Category Archives: Education

Graduation Checklist

Filed under: College Life, Education, Seasonal Celebrations, Tips - Angelina
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Angelina Bossone Blogger Biography

 

 

 

 

Time is passing very quickly in these last weeks of the semester and this college year is almost over. For seniors, crunch time is now. Between finals, papers, presentations, and finishing up classes – there is a lot on our plates! Unfortunately, these things are not the only things you have to worry about before finishing up your college career. All schools are different, but my university has certain requirements that I am sure most other schools hold up to as well. Here are some last minute things to make sure to finish in order to graduate on time!

1. Apply

You have to APPLY to graduate. The school won’t automatically know if you are graduating or not until you put in an application. Your credits have to be checked and you will be notified if you pass initial examination. At this point in time, almost everyone should have already completed this step. You also have to apply for the graduation ceremony. You have to notify the school that you will be attending the ceremony and how you want your name spelled on your diploma.

Graduation Application Online Form

Photo © k-state.edu

2. Pay All Dues

Make sure you have no holds on your account. Check your financial status once again and even if you owe only $1.25, your account will be frozen and you will not be allowed to graduate until it is cleared.

Hands Up Everyone Pay Their Dues

Photo © (401)K 2013

3. Loan Counseling

I am not sure if this is universal for each university, but we are required to complete “Exit Counseling” for our loans. We go online and learn how to responsibly deal with loans after graduation. This is another thing that can prevent you from graduating if not completed.

Student Graduate Debt Holding Piggy Bank

Photo © ChangeGroupCounseling.com

4. Pass Your Classes

This may seem basic, but unfortunately it is very common for most courses to hold about 50% of a student’s final grade within the last couple of weeks of classes. Presentations, exams, papers are all weighed more heavily this time of year – so don’t take these assignments lightly! Do poorly on one, and your whole overall grade can suffer and could potentially set you back from passing.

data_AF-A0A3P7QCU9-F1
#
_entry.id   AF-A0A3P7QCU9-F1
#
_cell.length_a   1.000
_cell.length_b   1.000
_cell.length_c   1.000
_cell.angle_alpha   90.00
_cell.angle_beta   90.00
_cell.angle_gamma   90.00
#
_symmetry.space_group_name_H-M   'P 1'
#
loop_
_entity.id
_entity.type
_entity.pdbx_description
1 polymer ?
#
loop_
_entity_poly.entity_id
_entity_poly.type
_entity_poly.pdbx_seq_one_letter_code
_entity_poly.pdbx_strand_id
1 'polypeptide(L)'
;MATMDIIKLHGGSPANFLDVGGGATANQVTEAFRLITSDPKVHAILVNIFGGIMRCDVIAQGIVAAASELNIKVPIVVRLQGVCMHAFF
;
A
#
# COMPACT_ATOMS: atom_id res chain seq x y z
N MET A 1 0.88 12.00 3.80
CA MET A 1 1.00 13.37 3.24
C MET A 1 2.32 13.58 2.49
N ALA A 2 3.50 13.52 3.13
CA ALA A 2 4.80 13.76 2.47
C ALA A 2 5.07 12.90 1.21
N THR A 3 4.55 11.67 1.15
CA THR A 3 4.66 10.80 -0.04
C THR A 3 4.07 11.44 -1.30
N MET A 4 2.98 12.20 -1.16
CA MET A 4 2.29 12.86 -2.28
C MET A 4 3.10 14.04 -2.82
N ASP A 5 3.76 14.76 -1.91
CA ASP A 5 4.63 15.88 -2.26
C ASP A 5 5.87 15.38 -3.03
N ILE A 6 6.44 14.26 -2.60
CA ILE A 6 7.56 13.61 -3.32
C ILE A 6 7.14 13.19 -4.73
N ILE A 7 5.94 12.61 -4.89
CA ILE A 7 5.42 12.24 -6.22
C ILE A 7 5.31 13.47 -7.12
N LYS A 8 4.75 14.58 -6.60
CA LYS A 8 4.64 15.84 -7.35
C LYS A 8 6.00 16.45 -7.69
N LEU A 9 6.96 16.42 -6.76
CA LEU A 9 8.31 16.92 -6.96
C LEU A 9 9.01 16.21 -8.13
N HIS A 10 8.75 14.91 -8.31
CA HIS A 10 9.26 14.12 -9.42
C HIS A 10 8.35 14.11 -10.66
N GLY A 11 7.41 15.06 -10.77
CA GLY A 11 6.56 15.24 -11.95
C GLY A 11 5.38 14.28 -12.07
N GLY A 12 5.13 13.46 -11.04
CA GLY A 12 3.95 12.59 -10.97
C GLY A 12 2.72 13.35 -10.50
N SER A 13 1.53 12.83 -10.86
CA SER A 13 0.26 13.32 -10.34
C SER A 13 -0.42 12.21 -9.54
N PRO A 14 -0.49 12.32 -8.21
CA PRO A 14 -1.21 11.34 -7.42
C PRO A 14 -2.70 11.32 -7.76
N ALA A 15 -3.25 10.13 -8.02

Students In Classroom Group Sitting

Photo © Shane Global Language Centres

Although you need to take all of these things seriously, do not stress about them! Make sure they all get completed on time but also make sure you are enjoying your last couple of weeks at college. Make some lasting memories and have fun!

Good Luck Graduates!

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The Home-Stretch of Spring Semester

Filed under: College Life, Education, Seasonal Celebrations, Tips - Angelina
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Sylwia Baran Blogger Biography

 

 

 

 

We are in the home stretch! School is almost out! At first it seems like a cinch and we think it will fly by. But then, the temperature outside hits 70 degrees and all of a sudden those last couple of weeks seem like eternity. This is the time when most of us find it really difficult to make it to class and really easy to go out and enjoy the long-awaited sunshine. Resist these temptations!

Students Outside Playing Frisbee In The Spring Sunshine

Photo © University of Oklahoma

These last two months are still important! Think about all the projects you have due at the end of the semester and the finals coming up in May that have a huge impact on your final grade. Unfortunately, almost half of your grade for most classes is from the last month. This is no time to start slacking off!

Female Student Outside Reading A Book In The Spring

Photo © University of Oklahoma

The important thing to keep in mind is that it will be over before you know it. So buckle down and remember classes are still in session. To keep your head in the game, take a walk with some friends in between classes, bring your books outside and study there, or eat your lunch on a bench outdoors. This way, you still get to enjoy the nice weather and soak up your Vitamin D without cutting class and slacking off in your studies. Also, enjoy your time off. If you have fun in your free time, then you won’t feel so motivated to blow off classes to have some fun.

Male Student Outside Studying In The Grass

Photo © University of Oklahoma

There will be many distractions in the next two months but you just have to push through it and summer will be here before you know it!  Keep motivated!

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5 Things To Wrap Up The School Year

Filed under: College Life, Education, Post Grad and Career, Tips - Angelina
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Serena Piper Blogger Biography

 

 

 

 

Doesn’t time fly by quickly? It seems like just yesterday we were buying our textbooks to get ready for the first day of school, and now we only have one term left! You may be busy with classes and studying, but don’t get so busy that you forget to do these five things before the end of the school year:

1. Connect

Not with friends, but with your professors! You’re going to want to establish and maintain a relationship with them before parting. Letters of recommendation may be needed for any internship or job you want to apply for over the summer, or if you’re graduating. (This is why it’s helpful to introduce yourself to your professors before the start of the term.)

College Professor Teacher Connection

Photo © jsgraphicdesign

2. Link Up

On LinkedIn! Sure, you’ve heard your classmates and professors talk about this site, but is it really helpful? Turns out, 93 percent of job recruiters look to LinkedIn for their next employee. This is a growing trend for future employment. Connect with professors, classmates, co-workers, and other business professionals. Just remember that LinkedIn has a different purpose than Facebook.

LinkedIn Website Page

Photo © Team 29 Born to be Wild

3. Portfolio

Put it together. Why before the school year is over? A lot of universities have advanced computer programs to assist in portfolio building. Movie editing software, resume templates, etc. All will help with putting the finishing touches on your secret weapon. When you’re finished, have someone in the career center look it over.

Professional Business Portfolio Binder